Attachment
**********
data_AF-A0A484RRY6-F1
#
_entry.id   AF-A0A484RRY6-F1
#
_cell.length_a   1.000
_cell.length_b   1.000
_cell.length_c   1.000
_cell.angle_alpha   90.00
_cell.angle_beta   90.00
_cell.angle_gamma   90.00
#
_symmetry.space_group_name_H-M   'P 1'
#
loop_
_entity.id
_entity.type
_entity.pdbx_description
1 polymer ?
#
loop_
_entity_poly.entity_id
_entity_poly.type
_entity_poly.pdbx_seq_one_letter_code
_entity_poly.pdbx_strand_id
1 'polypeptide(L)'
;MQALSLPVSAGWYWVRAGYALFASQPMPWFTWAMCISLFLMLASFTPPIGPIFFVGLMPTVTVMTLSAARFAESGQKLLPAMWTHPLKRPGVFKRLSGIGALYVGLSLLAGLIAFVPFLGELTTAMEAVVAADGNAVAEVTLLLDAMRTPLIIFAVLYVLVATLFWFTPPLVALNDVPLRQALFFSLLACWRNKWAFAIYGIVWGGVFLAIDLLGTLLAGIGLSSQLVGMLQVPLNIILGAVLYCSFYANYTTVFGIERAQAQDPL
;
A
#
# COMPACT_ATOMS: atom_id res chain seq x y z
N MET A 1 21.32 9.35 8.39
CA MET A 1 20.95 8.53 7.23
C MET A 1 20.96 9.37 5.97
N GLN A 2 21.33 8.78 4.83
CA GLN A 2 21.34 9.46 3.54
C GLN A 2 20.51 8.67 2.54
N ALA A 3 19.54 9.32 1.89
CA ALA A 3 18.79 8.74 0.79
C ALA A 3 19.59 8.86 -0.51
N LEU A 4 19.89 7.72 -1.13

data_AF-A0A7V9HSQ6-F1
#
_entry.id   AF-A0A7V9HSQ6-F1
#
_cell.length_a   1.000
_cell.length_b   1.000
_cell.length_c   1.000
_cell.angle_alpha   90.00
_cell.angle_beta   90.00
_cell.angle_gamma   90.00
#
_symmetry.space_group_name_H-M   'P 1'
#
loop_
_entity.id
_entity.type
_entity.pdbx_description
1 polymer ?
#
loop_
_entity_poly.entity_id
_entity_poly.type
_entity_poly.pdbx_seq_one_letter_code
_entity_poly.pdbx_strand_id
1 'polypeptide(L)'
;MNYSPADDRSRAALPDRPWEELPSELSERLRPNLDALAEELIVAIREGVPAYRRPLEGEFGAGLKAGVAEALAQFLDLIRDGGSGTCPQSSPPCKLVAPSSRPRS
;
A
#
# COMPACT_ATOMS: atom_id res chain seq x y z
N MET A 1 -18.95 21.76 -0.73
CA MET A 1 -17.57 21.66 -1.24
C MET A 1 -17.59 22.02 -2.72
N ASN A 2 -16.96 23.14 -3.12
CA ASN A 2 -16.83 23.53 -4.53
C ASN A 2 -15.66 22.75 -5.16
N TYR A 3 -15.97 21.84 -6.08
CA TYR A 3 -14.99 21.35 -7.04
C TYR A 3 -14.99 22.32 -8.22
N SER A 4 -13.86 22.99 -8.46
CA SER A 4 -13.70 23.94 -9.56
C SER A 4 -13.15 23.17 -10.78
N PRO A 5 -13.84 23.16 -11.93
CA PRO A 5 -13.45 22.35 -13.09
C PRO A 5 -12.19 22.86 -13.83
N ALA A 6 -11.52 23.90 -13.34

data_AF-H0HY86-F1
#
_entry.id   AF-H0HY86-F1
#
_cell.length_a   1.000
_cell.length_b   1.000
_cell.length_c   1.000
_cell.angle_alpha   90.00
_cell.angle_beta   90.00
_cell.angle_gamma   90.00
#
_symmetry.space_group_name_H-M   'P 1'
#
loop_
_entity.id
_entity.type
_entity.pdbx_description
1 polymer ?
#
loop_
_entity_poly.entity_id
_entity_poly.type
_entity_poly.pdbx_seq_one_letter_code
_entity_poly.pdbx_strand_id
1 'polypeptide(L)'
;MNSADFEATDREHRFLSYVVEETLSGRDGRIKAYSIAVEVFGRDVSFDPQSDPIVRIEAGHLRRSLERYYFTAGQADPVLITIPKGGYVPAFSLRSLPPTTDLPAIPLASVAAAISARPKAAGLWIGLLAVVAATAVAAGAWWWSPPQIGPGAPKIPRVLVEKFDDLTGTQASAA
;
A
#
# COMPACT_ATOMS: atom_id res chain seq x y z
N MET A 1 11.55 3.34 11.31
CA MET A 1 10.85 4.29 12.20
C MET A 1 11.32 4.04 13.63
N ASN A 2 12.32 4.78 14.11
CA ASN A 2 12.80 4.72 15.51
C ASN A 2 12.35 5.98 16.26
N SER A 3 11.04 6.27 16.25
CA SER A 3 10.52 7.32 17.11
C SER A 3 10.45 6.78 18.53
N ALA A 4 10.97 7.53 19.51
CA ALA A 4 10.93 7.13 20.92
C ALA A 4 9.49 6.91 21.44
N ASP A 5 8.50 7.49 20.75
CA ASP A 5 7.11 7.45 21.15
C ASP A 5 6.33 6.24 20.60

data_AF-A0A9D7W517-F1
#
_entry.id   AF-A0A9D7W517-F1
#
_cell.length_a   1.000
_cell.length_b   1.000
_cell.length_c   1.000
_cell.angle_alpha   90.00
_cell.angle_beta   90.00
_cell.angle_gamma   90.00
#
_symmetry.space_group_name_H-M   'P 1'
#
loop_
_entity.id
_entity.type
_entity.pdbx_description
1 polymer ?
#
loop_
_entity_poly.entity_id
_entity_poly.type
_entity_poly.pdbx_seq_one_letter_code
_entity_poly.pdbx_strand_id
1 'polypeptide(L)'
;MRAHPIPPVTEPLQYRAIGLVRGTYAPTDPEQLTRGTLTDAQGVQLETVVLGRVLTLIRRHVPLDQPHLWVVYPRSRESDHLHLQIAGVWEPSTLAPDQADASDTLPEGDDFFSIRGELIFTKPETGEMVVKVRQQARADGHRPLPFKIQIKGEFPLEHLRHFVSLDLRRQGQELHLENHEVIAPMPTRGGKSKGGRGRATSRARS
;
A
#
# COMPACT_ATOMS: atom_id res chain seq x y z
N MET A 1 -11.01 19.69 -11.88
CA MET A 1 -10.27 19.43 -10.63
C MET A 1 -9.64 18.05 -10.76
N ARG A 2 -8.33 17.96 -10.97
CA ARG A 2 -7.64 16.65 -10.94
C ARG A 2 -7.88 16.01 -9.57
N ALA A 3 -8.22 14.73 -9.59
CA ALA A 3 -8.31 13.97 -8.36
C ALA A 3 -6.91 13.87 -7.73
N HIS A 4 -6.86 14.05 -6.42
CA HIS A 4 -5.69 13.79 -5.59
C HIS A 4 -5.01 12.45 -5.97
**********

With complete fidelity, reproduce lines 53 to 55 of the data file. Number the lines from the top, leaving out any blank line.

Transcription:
#
loop_
_entity.id